Are gender differences in upper-body power generated by elite cross-country skiers augmented by increasing the intensity of exercise?
Peer reviewed, Journal article
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Original versionHegge, A. M., Myhre, K., Welde, B., Holmberg, H.-C. & Sandbakk, Ø. (2015). Are gender differences in upper-body power generated by elite cross-country skiers augmented by increasing the intensity of exercise? PLOS ONE, 10(5): e1027509. doi: 10.1371/journal.pone.0127509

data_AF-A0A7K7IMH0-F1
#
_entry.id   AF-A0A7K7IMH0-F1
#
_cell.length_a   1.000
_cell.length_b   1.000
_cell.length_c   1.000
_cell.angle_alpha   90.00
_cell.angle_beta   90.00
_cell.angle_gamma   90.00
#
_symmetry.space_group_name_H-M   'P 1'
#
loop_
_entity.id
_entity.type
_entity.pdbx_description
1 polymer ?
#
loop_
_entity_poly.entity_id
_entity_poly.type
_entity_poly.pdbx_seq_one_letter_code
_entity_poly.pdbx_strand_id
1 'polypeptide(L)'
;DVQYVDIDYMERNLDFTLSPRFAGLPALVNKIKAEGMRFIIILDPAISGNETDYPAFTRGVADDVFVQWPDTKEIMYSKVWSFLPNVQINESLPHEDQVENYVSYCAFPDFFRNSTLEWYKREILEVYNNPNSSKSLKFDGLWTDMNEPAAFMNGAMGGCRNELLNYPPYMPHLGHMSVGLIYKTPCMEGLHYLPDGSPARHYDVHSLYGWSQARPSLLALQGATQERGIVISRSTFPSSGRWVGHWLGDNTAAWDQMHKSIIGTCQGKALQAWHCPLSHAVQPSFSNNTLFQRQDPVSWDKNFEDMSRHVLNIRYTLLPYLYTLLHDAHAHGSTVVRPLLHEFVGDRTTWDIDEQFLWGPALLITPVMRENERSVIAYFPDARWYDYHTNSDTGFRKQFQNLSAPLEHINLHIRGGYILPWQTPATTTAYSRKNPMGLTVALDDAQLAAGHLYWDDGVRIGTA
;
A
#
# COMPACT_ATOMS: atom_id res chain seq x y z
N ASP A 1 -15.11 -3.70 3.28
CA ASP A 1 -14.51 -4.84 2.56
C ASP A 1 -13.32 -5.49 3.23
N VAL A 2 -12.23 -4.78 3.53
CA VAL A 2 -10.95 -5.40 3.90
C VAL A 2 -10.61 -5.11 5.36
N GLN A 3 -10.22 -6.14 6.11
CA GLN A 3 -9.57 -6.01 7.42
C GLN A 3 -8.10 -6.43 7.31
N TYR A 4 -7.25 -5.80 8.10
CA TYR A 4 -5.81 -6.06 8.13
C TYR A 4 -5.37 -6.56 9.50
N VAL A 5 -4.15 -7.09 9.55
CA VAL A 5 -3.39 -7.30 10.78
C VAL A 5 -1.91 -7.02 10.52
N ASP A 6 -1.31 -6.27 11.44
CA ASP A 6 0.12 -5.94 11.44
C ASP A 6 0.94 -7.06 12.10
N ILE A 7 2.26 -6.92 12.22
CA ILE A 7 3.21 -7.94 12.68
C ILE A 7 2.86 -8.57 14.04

In the current study, we evaluated the impact of exercise intensity on gender differences in upper-body poling among cross-country skiers, as well as the associated differences in aerobic capacity, maximal strength, body composition, technique and extent of training. Eight male and eight female elite skiers, gender-matched for level of performance by FIS points, carried out a 4-min submaximal, and a 3-min and 30-sec maximal all-out test of isolated upper-body double poling on a Concept2 ski ergometer. Maximal upper-body power and strength (1RM) were determined with a pull-down exercise. In addition, body composition was assessed with a DXA scan and training during the previous six months quantified from diaries. Relative to the corresponding female values (defined as 100%), the power output produced by the men was 88%, 95% and 108% higher during the submaximal, 3-min and 30-sec tests, respectively, and peak power in the pull-down strength exercise was 118% higher (all P<0.001). During the ergometer tests the work performed per cycle by the men was 97%, 102% and 91% greater, respectively, and the men elevated their cycle rate to a greater extent at higher intensities (both P<0.01). Furthermore, men had a 61% higher VO2peak, 58% higher 1RM, relatively larger upper-body mass (61% vs 56%) and reported considerably more upper-body strength and endurance training (all P<0.05). In conclusion, gender differences in upper-body power among cross-country skiers augmented as the intensity of exercise increased. The gender differences observed here are greater than those reported previously for both lower- and whole-body sports and coincided with greater peak aerobic capacity and maximal upper-body strength, relatively more muscle mass in the upper-body, and more extensive training of upper-body strength and endurance among the male skiers.